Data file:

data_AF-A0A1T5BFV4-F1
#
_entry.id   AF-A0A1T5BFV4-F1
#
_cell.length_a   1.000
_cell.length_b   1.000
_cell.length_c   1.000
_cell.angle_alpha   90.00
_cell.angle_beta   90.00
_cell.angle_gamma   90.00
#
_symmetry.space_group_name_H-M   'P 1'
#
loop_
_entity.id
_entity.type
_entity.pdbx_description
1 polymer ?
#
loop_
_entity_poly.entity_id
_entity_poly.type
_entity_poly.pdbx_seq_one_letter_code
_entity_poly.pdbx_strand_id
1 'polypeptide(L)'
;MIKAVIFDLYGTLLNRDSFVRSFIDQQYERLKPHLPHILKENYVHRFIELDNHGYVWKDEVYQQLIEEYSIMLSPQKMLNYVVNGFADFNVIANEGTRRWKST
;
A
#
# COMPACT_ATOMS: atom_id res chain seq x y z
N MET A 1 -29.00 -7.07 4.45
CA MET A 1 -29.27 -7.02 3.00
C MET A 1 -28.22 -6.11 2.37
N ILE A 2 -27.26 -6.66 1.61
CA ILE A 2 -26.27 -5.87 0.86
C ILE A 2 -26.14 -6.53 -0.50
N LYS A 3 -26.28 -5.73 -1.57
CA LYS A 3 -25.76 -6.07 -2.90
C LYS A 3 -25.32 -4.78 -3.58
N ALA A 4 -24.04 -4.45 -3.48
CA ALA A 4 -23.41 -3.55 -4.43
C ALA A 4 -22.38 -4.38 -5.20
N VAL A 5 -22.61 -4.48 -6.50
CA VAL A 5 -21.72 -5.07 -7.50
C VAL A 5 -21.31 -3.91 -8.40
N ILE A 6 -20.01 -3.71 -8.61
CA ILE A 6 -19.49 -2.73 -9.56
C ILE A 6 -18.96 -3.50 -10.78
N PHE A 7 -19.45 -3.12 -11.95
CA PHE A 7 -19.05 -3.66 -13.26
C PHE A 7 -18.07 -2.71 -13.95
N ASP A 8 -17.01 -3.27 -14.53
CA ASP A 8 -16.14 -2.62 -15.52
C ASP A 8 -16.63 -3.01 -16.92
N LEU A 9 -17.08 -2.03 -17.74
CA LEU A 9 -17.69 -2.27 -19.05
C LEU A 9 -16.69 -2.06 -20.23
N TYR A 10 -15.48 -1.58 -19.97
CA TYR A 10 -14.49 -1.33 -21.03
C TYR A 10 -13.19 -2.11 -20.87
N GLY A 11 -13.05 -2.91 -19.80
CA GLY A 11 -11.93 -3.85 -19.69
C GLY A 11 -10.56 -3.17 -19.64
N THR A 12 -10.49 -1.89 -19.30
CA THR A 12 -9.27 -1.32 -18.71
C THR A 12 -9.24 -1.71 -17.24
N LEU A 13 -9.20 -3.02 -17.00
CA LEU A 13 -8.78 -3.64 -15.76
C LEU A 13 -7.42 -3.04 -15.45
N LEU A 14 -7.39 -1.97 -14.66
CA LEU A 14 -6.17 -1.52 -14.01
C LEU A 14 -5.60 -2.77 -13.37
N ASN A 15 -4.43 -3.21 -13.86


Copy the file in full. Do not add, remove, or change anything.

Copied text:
data_AF-A0A1T5BFV4-F1
#
_entry.id   AF-A0A1T5BFV4-F1
#
_cell.length_a   1.000
_cell.length_b   1.000
_cell.length_c   1.000
_cell.angle_alpha   90.00
_cell.angle_beta   90.00
_cell.angle_gamma   90.00
#
_symmetry.space_group_name_H-M   'P 1'
#
loop_
_entity.id
_entity.type
_entity.pdbx_description
1 polymer ?
#
loop_
_entity_poly.entity_id
_entity_poly.type
_entity_poly.pdbx_seq_one_letter_code
_entity_poly.pdbx_strand_id
1 'polypeptide(L)'
;MIKAVIFDLYGTLLNRDSFVRSFIDQQYERLKPHLPHILKENYVHRFIELDNHGYVWKDEVYQQLIEEYSIMLSPQKMLNYVVNGFADFNVIANEGTRRWKST
;
A
#
# COMPACT_ATOMS: atom_id res chain seq x y z
N MET A 1 -29.00 -7.07 4.45
CA MET A 1 -29.27 -7.02 3.00
C MET A 1 -28.22 -6.11 2.37
N ILE A 2 -27.26 -6.66 1.61
CA ILE A 2 -26.27 -5.87 0.86
C ILE A 2 -26.14 -6.53 -0.50
N LYS A 3 -26.28 -5.73 -1.57
CA LYS A 3 -25.76 -6.07 -2.90
C LYS A 3 -25.32 -4.78 -3.58
N ALA A 4 -24.04 -4.45 -3.48
CA ALA A 4 -23.41 -3.55 -4.43
C ALA A 4 -22.38 -4.38 -5.20
N VAL A 5 -22.61 -4.48 -6.50
CA VAL A 5 -21.72 -5.07 -7.50
C VAL A 5 -21.31 -3.91 -8.40
N ILE A 6 -20.01 -3.71 -8.61
CA ILE A 6 -19.49 -2.73 -9.56
C ILE A 6 -18.96 -3.50 -10.78
N PHE A 7 -19.45 -3.12 -11.95
CA PHE A 7 -19.05 -3.66 -13.26
C PHE A 7 -18.07 -2.71 -13.95
N ASP A 8 -17.01 -3.27 -14.53
CA ASP A 8 -16.14 -2.62 -15.52
C ASP A 8 -16.63 -3.01 -16.92
N LEU A 9 -17.08 -2.03 -17.74
CA LEU A 9 -17.69 -2.27 -19.05
C LEU A 9 -16.69 -2.06 -20.23
N TYR A 10 -15.48 -1.58 -19.97
CA TYR A 10 -14.49 -1.33 -21.03
C TYR A 10 -13.19 -2.11 -20.87
N GLY A 11 -13.05 -2.91 -19.80
CA GLY A 11 -11.93 -3.85 -19.69
C GLY A 11 -10.56 -3.17 -19.64
N THR A 12 -10.49 -1.89 -19.30
CA THR A 12 -9.27 -1.32 -18.71
C THR A 12 -9.24 -1.71 -17.24
N LEU A 13 -9.20 -3.02 -17.00
CA LEU A 13 -8.78 -3.64 -15.76
C LEU A 13 -7.42 -3.04 -15.45
N LEU A 14 -7.39 -1.97 -14.66
CA LEU A 14 -6.17 -1.52 -14.01
C LEU A 14 -5.60 -2.77 -13.37
N ASN A 15 -4.43 -3.21 -13.86